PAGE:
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Myriad Ramifications of Self-Immolation

Amiya P. Sen

By Andrea Major
Oxford University Press, New Delhi, 2006, pp. 231, Rs. 625.00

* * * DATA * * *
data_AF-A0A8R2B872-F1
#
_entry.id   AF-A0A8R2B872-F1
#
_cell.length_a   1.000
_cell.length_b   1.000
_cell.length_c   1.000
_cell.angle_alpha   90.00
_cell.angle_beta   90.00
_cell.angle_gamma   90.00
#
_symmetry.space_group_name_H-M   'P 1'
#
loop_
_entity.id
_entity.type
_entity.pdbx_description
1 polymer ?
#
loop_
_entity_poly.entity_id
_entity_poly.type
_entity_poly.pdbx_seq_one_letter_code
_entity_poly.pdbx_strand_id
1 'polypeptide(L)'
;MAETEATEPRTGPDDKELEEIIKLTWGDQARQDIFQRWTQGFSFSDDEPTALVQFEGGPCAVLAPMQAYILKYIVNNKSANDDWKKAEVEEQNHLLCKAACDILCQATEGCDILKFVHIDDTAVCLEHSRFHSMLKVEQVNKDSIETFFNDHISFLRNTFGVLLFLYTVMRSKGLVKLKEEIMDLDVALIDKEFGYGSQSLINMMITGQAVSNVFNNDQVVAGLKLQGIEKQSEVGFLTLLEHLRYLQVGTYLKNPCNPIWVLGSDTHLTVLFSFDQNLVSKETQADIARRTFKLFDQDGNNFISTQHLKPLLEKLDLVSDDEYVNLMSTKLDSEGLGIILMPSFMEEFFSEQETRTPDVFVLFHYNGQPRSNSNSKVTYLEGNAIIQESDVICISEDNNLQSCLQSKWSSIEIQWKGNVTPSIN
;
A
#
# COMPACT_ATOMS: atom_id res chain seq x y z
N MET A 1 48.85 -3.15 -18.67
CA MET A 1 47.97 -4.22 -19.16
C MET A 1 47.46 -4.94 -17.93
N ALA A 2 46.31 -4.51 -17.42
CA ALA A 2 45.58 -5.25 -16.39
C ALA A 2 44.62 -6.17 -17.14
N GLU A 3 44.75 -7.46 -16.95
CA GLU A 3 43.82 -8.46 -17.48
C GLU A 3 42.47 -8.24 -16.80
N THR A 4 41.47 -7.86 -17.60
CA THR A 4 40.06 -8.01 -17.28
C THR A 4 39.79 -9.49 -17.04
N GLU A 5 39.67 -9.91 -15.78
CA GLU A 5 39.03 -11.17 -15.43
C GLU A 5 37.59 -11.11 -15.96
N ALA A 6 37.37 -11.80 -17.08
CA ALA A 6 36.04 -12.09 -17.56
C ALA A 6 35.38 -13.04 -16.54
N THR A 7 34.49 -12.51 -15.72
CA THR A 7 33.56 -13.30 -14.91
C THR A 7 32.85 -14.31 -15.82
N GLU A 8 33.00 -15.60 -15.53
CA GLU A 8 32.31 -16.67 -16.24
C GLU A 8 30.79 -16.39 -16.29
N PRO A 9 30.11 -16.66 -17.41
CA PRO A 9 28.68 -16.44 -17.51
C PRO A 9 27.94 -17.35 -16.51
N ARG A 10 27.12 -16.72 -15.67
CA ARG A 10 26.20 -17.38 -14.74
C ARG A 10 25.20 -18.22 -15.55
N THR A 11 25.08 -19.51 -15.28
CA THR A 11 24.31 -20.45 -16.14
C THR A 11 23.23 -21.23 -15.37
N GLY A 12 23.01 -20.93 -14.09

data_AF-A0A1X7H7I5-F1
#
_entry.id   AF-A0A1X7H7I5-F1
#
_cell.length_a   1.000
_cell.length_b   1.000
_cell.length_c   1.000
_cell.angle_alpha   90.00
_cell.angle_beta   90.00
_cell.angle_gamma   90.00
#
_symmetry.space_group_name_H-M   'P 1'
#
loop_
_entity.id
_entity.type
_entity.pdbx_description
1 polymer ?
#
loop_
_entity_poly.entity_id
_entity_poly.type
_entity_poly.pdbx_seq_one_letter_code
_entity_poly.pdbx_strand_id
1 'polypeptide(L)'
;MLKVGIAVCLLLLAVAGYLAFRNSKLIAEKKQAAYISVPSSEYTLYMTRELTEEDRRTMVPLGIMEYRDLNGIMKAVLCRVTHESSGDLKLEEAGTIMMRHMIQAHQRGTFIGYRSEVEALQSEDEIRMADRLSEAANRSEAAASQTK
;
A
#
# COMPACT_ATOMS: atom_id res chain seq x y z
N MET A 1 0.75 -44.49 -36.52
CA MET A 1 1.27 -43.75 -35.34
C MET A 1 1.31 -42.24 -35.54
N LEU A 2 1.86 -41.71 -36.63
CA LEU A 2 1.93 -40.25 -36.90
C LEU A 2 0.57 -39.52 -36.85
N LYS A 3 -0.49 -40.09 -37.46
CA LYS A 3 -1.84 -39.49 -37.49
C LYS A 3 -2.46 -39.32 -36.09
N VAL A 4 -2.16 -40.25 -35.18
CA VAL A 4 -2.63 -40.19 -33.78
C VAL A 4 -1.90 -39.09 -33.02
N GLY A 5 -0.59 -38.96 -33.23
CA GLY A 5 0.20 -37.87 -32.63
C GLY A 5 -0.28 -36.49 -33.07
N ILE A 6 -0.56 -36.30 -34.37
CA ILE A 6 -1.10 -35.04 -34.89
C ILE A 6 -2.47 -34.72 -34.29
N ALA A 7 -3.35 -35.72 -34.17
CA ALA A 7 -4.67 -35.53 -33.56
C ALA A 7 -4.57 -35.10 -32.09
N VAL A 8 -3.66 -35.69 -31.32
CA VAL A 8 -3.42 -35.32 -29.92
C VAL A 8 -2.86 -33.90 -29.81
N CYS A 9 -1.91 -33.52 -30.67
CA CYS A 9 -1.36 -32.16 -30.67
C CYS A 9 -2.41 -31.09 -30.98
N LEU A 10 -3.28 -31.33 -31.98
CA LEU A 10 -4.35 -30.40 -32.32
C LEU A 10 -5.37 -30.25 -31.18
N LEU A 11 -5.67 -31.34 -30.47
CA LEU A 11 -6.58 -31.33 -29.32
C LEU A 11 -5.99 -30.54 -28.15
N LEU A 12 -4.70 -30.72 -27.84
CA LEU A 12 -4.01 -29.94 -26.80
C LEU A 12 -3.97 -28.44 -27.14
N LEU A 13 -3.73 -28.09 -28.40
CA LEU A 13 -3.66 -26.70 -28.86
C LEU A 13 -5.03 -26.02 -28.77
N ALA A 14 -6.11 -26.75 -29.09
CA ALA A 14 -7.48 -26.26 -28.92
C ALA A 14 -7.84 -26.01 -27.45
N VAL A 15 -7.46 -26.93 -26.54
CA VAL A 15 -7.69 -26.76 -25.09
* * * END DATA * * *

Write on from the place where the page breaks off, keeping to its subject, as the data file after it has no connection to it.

It is not often, I imagine, that a subject is able to draw forth two landmark produc- tions in fairly quick succession. Happily, this indeed has been the case with ‘sati’ and particularly, modern readings thereof. In 1998, interested readers woke up to a startlingly new thesis in Lata Mani’s Contentious Traditions* that took the issue out of its standard, unproblematized ‘social reform’ framework and placed it in the arena of contestations. Sati, in Lata Mani’s understanding, was the fulcrum on which a redefinition of Indian tradition itself rested. It was, equally, an issue around which boundaries of legitimate state intervention had to be redrawn or the parameters of colonial control renegotiated. However, this thesis, though widely acclaimed, also apparently had its critics—almost at its inception, one might say, for, I noticed that research for the present work that departs so significantly from that of Lata Mani, was begun by 1999, i.e barely a year later.   In the work under review, Andrea Major examines at length, changing British and European perceptions of sati and other matters that came to be discursively associated with it. The image of sati was not only an object of interest by itself but one that also came to be tied up with other public debates over gender, suicide, religion or the treatment of the human body. This, as our author claims, coincided with shifts in the nature of public concerns and varying perceptual frameworks adopted for each. Thus, whereas in the 18th century, sati was largely understood in terms of religious practices, in the 19th, it became more closely linked with anxieties related to the status of women. It is at this point that the arguments put forth by Mani and Major begin to depart from one another. The former, by focusing on official attitudes towards sati, grounds her arguments on matters like political expediency. The latter, by comparison, appears to take greater cognizance of public culture and ideology. Whereas Mani would have us believe that sati was used primarily to emphasize the Hindu’s cultural ‘otherness’ and therefrom to vindicate the political agenda of colonialism, Major throws open a new aspect to this issue by demonstrating how sati was often understood through a location of similarities and resonance with western society and ideas. After all, patriarchy, depicting the woman as the weaker and the more corruptible of the two sexes or the ...

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